On June 8, 1944, two days after the Allied landing, the German Army Commander-in-Chief for the West, Field Marshal Gerd von Rundstedt, issued orders to “crush” the resistance “with swift and ruthless initiative,” and express the “expectation that the major operation against the gangs [i.e., partisans] in Southern France will be carried out with the greatest severity and without leniency.” General Karl-Heinrich von Stülpnagel, the Military Commander in France, ordered the redeployment of a number of units stationed throughout France to reinforce the Normandy front and to crush partisan activity behind the German lines. Among the units redeployed to Normandy was the 2nd Waffen-SS Panzer Division Das Reich , under SS Oberstgruppenführer Paul “Papa” Hausser, which had arrived as a reserve unit in the southern French town of Montauban in January 1944.
Das Reich had seen two years of combat duty, including numerous anti-partisan actions on the Eastern Front, before its transfer to France. Its commander, SS-Brigadeführer Heinz Bernhard Lammerding , had served from July 1943 to January 1944 as the chief of staff for SS Obergruppenführer Erich von dem Bach-Zelewski, whom Heinrich Himmler had appointed to command and coordinate anti-partisan operations behind German lines in the occupied Soviet Union. In this capacity, Lammerding had ordered several retaliation actions against Soviet civilians for real or perceived partisan activities or “sympathies.” Such operations involved the murder of tens of thousands of civilians, many of whom had had nothing to do with the partisans, and the torching of dozens of villages. Heinz Lammerding died of cancer age 65 on 13-01-1971 in Bad Tölz.
As the 2nd SS Division redeployed to Normandy, French resistance fighters harassed it. On June 9, 1944, Lammerding issued orders for the division to “cleanse” the area around Clermont-Ferrand of partisans. That same day, members of the division had displayed what “cleansing” of partisans would mean. In retaliation for an attack, soldiers of Das Reich hanged 99 male inhabitants of the village Tulle, near Limoges.
The next day, June 10, 1944, soldiers of the 3rd Company, 1st Battalion, 4th SS-Panzergrenadier Regiment (motorized infantry) Der Führer, a subordinate unit of the 2nd SS Panzer Division since April 1944, advanced to the village of Oradour-sur-Glane. Led by the commander of the 1st Battalion, SS Sturmbannführer Adolf Diekmann, the Waffen-SS troops surrounded the village at midday. Here SS-Sturmmann Otto Funk At that point in time, the village population had almost doubled to about 650 people, swelled by refugees, including some Jewish refugees, from other parts of France.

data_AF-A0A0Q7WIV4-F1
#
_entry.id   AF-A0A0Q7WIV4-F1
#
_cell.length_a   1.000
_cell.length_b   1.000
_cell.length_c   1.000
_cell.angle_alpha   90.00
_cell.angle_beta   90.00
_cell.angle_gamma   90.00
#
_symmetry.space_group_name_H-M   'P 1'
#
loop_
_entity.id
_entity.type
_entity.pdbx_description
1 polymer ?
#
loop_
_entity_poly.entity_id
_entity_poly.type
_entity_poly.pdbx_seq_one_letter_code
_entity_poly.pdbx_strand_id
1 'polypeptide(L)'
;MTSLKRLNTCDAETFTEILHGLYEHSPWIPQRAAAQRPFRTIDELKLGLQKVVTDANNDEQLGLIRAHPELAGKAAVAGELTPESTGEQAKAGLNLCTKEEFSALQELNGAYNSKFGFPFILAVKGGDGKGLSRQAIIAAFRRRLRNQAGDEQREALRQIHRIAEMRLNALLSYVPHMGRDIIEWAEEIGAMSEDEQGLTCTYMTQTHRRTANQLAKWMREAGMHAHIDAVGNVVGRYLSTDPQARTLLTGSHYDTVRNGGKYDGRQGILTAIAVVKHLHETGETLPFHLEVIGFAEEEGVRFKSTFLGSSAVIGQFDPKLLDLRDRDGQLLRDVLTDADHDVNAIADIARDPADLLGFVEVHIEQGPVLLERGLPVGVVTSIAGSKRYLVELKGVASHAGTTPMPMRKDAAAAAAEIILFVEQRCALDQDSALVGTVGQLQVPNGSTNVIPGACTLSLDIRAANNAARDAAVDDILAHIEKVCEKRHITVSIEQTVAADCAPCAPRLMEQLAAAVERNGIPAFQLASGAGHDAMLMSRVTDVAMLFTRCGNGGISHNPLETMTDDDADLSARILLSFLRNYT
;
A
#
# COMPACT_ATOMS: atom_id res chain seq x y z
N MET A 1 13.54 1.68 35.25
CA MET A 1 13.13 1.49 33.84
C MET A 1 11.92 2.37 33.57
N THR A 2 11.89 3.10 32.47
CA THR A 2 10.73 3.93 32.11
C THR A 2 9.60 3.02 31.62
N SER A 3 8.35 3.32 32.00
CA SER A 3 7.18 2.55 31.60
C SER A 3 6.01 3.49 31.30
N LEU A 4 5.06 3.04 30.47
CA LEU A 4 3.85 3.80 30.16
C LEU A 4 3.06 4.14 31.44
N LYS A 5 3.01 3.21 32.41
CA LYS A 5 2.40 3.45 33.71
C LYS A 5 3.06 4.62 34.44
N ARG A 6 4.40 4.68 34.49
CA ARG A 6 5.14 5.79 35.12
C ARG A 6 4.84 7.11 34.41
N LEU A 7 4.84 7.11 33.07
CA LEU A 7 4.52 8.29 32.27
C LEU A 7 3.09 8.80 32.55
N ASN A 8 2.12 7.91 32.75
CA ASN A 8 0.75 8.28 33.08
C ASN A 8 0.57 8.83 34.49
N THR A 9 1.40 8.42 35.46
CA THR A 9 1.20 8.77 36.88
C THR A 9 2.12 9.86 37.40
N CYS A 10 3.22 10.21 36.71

Massacre and destruction of Oradour-sur-Glane
The SS soldiers rounded up the entire population and concentrated them on the market square. Thereafter they separated the villagers by gender. Members of the 1st and 2nd platoons took the 197 men to several barns on the edge of town and locked them in. The 3rd platoon locked up 240 women and 205 children in the village church. Then the SS men set fire to the barns and threw grenades through the windows of the church, shooting those who sought to escape the flames.
After 642 inhabitants, including seven Jewish refugees, were dead, the company looted the empty dwellings and then burned the village to the ground. At about 8:00 p.m. on the evening of June 10, the SS men withdrew from the smoking ruins. Only seven villagers survived the massacre: six men and a woman, all of them more or less severely injured. About fifteen other inhabitants of the village were able to escape the Germans before the massacre started or evade the roundup by hiding. Robert Hébras
(born 29 June 1925 in Oradour sur Glane was one of only six persons to survive the massacre on the 10 June 1944.
The destroyed village of Oradour sur Glane is saved as a monument.
Raymond J. Murphy, a then 20-year-old American B-17 navigator as a Navigator with the 389th Bomb Group, shot down over Avord, France in late April 1944, witnessed the aftermath of the massacre. After being hidden by the French Resistance, Murphy was flown to England on 6 August, and in debriefing filled in a questionnaire on 7 August and made several drafts of a formal report. The version finally submitted on 15 August has a handwritten addendum:
About 3 weeks ago, I saw a town within 4 hours bicycle ride up the Gerbeau farm [of Resistance leader Camille Gerbeau] where some 500 men, women, and children had been murdered by the Germans. I saw one baby who had been crucified.
Murphy’s report was made public in 2011 after a Freedom of Information Act request by his grandson, an attorney in the United States Department of Justice National Security Division. It is the only account to mention crucifying a baby. Shane Harris concludes that the addendum is a true statement by Murphy and that the town, not named in Murphy’s report, is very likely Oradour-sur-Glane.